I read a story recently which resonated with me,1 and I thought it was a great illustration of my own experiences with God. It helped me to understand, and hopefully to explain, a little more about righteousness by faith.
It was a story of a slave in ancient times who was on the auction block at a slave market. As the auction began, and people started placing bids on him, he began to mutter to himself, “I will not work, I will not work.” Slowly the bids increased, and likewise his volume increased, to the point where people in the crowd began to hear him. He noticed the bidding slow down, and he began to shout all the louder, “I will not work! I will not work!” There was, however, one man who continued to bid, and ultimately paid a very good price for this slave who wouldn’t work. So the winning bidder took the man away with him and they headed out to his property.
I felt like I was a slave to sin. No matter how much I wanted to be something other than what I was, I couldn't change it.
As they neared the property, the slave saw a beautiful cottage beside a river. He wondered what it must be like to be free to live in such a beautiful place. He then realised that they were pulling up near the cottage, and he asked about who lived there. His new owner replied, “This is your new home, come in and take a look around.” He then reiterated what he had said back at the markets, “I still won’t work for you.” To his surprise, his owner turned around with a smile on his face and said, “I know. You don’t have to work for me, or anyone anymore. I bought you to set you free!” The slave didn’t know what to say. He was shocked at first, but then as he realised just what this man had given him, his freedom, he fell to his knees in front of the man and said, “Master! Thank you! I will serve you for the rest of my life.”
I realised just how much I was like this slave, feeling like I was trapped, having no choice in what I could do with my life. I felt like I was a slave to sin. No matter how much I wanted to be something other than what I was, I couldn’t change it. Just like this slave, who couldn’t free himself, but rather needed someone else to purchase his freedom for him.
It reminds me of Paul who wrote how he felt like a slave to sin. He felt as though he couldn’t do the things that he wanted to, and always did the things he didn’t want to! Yet he asks if there is any hope of deliverance, and answers his own question by saying, “I thank God through Jesus Christ our Lord . . .” (Romans 7:25). Paul recognised that our relationship with sin is one of slavery, and no matter how much we want to stop sinning, we can’t without a saviour.
That’s where Jesus comes in. He realised that we didn’t want to work, we didn’t want to be slaves to sin, and so He left His heavenly home and paid the price for our freedom.
So our ransom has been paid! We are freed from our slavery to sin! But how will we respond to this freedom? Will we just go back to the master we’ve been freed from and offer to continue serving him? Or will we choose to accept our freedom and run to the arms of Him who purchased our lives with His own blood?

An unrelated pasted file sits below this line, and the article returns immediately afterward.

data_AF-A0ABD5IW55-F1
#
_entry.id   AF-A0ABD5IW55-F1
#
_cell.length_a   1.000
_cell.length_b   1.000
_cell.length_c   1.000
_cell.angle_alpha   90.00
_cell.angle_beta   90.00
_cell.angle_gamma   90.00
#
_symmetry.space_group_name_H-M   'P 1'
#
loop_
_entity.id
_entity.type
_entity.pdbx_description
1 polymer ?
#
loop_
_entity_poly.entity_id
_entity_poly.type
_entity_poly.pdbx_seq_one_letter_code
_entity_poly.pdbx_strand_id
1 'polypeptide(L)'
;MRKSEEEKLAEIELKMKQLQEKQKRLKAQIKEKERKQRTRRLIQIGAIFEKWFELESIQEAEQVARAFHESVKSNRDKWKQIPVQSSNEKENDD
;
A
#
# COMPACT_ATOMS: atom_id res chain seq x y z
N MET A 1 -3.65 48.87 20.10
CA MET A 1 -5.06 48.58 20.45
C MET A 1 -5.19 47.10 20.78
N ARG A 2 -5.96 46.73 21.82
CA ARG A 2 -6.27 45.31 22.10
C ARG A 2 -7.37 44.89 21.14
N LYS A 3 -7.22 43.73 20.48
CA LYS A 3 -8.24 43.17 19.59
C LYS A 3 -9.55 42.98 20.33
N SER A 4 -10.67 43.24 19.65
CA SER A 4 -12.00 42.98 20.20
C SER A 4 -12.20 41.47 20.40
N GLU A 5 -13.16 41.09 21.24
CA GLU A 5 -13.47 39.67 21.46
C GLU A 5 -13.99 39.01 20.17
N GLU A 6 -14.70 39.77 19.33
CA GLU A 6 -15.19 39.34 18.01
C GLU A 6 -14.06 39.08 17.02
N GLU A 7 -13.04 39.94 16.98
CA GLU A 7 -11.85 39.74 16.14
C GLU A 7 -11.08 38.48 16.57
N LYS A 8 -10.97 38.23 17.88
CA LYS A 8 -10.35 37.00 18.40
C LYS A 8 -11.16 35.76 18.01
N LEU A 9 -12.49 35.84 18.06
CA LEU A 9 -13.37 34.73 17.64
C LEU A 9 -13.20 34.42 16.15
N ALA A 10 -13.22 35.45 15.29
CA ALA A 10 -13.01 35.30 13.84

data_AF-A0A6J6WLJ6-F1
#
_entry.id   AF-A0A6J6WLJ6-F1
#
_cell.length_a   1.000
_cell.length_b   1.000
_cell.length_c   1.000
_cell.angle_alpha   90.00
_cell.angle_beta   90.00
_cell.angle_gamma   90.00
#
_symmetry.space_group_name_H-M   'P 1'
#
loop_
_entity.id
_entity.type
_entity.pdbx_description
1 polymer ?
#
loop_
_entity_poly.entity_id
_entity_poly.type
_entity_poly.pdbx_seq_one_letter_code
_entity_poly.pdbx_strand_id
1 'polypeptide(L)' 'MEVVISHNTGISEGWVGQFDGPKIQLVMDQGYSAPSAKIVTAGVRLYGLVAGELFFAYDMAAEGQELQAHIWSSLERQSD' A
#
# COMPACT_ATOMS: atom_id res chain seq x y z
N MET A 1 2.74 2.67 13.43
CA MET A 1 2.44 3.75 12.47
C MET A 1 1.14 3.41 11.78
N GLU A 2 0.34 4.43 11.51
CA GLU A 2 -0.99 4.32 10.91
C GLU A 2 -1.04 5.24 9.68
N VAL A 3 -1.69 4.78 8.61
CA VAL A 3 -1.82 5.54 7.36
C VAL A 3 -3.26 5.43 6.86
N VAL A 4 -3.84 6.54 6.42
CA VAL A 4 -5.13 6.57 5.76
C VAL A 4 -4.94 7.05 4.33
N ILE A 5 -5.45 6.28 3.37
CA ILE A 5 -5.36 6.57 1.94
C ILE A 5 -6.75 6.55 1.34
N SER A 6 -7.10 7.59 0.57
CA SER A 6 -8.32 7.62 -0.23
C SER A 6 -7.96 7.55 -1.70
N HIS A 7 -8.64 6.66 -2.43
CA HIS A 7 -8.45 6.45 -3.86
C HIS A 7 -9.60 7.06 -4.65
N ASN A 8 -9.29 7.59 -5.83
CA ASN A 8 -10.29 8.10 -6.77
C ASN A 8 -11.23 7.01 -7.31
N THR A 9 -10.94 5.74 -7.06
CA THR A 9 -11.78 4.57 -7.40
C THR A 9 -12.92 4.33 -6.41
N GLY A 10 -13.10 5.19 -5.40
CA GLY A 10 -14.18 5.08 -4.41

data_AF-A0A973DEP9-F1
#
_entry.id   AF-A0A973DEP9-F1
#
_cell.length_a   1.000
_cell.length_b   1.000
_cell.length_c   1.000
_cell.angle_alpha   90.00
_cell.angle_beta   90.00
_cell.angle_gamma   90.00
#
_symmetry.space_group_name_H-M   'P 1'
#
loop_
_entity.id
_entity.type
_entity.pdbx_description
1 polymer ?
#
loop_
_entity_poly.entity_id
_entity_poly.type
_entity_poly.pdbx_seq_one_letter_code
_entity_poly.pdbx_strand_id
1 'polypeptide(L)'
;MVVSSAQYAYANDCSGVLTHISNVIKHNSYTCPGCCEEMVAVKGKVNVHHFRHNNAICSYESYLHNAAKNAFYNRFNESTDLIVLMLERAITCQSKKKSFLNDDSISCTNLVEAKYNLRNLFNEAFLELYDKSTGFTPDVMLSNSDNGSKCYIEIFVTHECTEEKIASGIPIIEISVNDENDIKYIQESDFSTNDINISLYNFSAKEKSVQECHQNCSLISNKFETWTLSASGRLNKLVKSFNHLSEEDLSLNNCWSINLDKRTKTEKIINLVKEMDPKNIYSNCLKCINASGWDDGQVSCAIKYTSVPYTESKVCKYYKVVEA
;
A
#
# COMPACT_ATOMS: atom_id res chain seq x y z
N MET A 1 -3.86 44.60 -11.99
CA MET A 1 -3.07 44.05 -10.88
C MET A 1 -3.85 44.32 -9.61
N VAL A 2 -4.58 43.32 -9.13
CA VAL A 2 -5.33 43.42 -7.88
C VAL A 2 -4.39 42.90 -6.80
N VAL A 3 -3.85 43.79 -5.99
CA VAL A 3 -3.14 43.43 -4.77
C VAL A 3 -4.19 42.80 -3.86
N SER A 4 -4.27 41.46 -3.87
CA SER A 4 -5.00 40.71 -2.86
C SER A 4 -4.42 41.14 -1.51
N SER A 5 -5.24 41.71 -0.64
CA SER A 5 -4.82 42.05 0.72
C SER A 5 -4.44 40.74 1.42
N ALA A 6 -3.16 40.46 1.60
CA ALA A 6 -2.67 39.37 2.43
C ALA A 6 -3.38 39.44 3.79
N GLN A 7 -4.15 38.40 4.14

I know when I finally realised that there was a God out there who loved me so much, more than His own life in fact, and that He had purchased my freedom, I was overwhelmed. I didn’t really know how to respond, except to offer my life to His service.
Some people see Christians who follow their convictions and live their lives according to principles they believe God has called them to, and they think these people are trying to work for their salvation. Unfortunately I think there are some out there who are doing this, as there’s always a counterfeit to the truth, but I’d like to think that the majority of people who are doing “righteous” works aren’t doing it for salvation, but rather because of salvation.
I know that when I felt called to be a part of By Beholding His Love, I felt like it was out of my comfort zone and I was ill-equipped for the ministry. But when I thought about just how much God had given for me, there was no hesitation to make any sacrifice for His sake. I knew God had freed me for a reason, and that He loved me more than I could imagine, so I trusted His leading.
I now have the joy of sharing this great message of hope, of freedom, with so many people who need to hear it. It’s wonderful to be able to let people know that they don’t have to stay in slavery to sin. To let them know that their freedom has already been purchased by One who loves them so dearly that He laid down His life for them. It’s so rewarding to be able to share this message of hope that has brought me such peace and joy.
So I hope in reading this story that you have come to see that sometimes people are working because they have to, but there are many who are working because they want to. When deep within your heart you realise that you have been given the greatest gift of all, and it’s totally free, it’s difficult to walk away without an attempt to say thank you. I know I’ve made a choice to serve God out of gratitude and love, not out of obligation.
1. I found the story retold in To Know God by Morris Venden, and have paraphrased it here.
Daniel Laredo is vice president of By Beholding His Love, a supporting ministry to the Seventh-day Adventist Church.